I have just listened to Manafon the 5.1 version for the 4th time today and find the whole thing mesmerizing....incredibly poetic....its quite brutally beautiful.This sort of Artistic expression brings up the subject of Artist producing his/her vision without any regard for audience expectations.....its up to the listener to keep up or adapt...not for the Artist to produce what the audience expects etc.....most definitely challenging but highly compelling
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9 of 12 people found the following review helpful By Alex Broom on October 1, 2010
Format: Audio CD
What's more difficult to swallow than this album is how seriously these guys take themselves. Alas, I am a completionist and purchased the deluxe edition for this album. What I got for my $70 was a couple of pictures and a 55 minute video of "intellects" pontificating about how important their services are to the musical community. Indeed my tastes are eclectic and my tolerance for the avante-garde greater than most, but for those of you who do not suffer from the "completionist gene" take some advice from someone who collects music, the effort put forth by these pimp artists is pathetic. Throughout the piece pompous grating is substituted for constructive ideas and esoteric dirge for thoughtful lyrics. Perhaps the ultimate insult comes in the form of David Sylvian's insistence to slap his name over this work when he himself claims the extent of his contribution was hash lyrics and vinyl static. But then again, he's probably doing his "collaborators" a favor.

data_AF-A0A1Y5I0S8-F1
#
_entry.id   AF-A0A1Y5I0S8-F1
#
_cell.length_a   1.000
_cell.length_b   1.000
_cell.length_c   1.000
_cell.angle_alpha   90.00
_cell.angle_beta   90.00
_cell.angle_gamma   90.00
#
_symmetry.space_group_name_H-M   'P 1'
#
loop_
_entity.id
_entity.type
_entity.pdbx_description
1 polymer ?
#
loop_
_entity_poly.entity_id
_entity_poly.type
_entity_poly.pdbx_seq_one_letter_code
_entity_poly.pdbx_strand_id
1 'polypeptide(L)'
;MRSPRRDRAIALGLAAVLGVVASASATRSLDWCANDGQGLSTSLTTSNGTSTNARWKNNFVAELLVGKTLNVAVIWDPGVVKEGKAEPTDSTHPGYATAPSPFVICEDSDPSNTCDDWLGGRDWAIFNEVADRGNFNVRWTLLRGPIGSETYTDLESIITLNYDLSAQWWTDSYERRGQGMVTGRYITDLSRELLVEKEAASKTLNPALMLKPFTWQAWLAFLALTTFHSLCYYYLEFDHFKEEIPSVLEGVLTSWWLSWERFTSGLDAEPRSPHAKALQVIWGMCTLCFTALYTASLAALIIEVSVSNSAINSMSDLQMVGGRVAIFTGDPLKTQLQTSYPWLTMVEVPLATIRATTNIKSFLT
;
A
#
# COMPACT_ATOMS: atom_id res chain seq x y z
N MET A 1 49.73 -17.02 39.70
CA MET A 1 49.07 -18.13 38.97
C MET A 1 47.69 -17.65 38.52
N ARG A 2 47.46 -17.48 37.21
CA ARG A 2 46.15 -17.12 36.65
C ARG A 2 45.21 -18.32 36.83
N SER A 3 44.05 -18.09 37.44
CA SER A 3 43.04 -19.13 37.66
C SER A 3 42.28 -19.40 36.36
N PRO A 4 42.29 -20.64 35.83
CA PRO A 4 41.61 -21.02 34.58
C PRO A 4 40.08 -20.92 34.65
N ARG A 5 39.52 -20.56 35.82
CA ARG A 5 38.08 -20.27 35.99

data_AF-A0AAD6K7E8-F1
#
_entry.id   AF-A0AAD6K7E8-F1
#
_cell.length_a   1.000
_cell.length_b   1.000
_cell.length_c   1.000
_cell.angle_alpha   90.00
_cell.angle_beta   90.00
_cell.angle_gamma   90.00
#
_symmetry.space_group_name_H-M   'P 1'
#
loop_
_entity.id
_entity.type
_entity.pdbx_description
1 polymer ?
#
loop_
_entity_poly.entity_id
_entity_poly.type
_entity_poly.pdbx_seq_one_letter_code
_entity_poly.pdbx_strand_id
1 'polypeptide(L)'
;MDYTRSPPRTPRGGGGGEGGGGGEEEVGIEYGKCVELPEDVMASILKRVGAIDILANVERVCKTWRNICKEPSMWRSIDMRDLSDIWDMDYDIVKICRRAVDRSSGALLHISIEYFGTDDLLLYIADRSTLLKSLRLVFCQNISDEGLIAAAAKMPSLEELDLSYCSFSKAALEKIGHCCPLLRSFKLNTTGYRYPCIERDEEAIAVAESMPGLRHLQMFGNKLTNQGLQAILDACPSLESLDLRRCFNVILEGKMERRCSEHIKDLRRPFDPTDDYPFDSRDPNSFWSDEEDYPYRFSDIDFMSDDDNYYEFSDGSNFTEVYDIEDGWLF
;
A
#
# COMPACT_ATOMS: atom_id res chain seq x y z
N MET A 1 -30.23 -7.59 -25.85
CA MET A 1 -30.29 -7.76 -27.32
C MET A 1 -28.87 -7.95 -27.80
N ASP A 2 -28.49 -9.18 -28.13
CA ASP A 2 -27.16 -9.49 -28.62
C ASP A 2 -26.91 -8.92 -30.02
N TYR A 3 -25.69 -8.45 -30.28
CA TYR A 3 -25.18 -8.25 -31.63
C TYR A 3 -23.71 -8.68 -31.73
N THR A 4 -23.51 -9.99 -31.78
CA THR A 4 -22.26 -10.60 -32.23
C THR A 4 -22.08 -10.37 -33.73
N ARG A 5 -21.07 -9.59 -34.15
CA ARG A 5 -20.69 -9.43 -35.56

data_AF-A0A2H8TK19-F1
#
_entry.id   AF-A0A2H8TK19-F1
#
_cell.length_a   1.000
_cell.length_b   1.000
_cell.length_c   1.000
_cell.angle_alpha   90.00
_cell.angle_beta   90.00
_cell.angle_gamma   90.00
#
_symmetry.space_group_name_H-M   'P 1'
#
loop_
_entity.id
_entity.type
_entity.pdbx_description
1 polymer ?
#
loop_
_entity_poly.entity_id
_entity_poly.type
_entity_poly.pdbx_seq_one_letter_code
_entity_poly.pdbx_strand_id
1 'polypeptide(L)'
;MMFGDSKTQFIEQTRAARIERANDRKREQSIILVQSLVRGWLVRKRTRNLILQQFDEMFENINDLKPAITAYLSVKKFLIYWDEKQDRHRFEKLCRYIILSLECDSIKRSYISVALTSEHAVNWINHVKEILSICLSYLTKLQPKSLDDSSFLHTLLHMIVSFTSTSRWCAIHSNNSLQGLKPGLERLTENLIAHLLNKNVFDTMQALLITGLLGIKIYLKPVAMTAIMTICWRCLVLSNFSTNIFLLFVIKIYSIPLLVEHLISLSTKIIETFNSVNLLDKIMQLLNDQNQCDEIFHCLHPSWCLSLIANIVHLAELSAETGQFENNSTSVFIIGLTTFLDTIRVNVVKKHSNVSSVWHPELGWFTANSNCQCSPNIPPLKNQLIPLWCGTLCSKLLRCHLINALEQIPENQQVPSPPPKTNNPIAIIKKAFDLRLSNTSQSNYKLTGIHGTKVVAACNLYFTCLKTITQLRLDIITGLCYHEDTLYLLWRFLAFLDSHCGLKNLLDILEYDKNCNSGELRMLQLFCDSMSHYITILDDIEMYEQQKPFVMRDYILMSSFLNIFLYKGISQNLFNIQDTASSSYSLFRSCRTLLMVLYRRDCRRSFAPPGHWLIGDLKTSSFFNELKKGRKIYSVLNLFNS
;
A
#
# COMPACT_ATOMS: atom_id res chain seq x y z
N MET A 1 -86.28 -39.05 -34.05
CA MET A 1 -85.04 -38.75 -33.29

Best Quotes (From Previous Reviews):

"it seems that "improvising" turns out to be a license to make nonsense noise" [Jose Artiles-Gil]

"just monotonous nasal ramblings over the sound of a hair dryer while a bassist tunes up" [James F. Mcdermott]

"quiet tracks are layered with pops and glitches and scratches - thus preventing the music from inhabiting its own space; This curtain of interference between the listener and the artist is, for me, off-putting" [Robert Carlberg] - and to think this album is offered in a $40 vinyl edition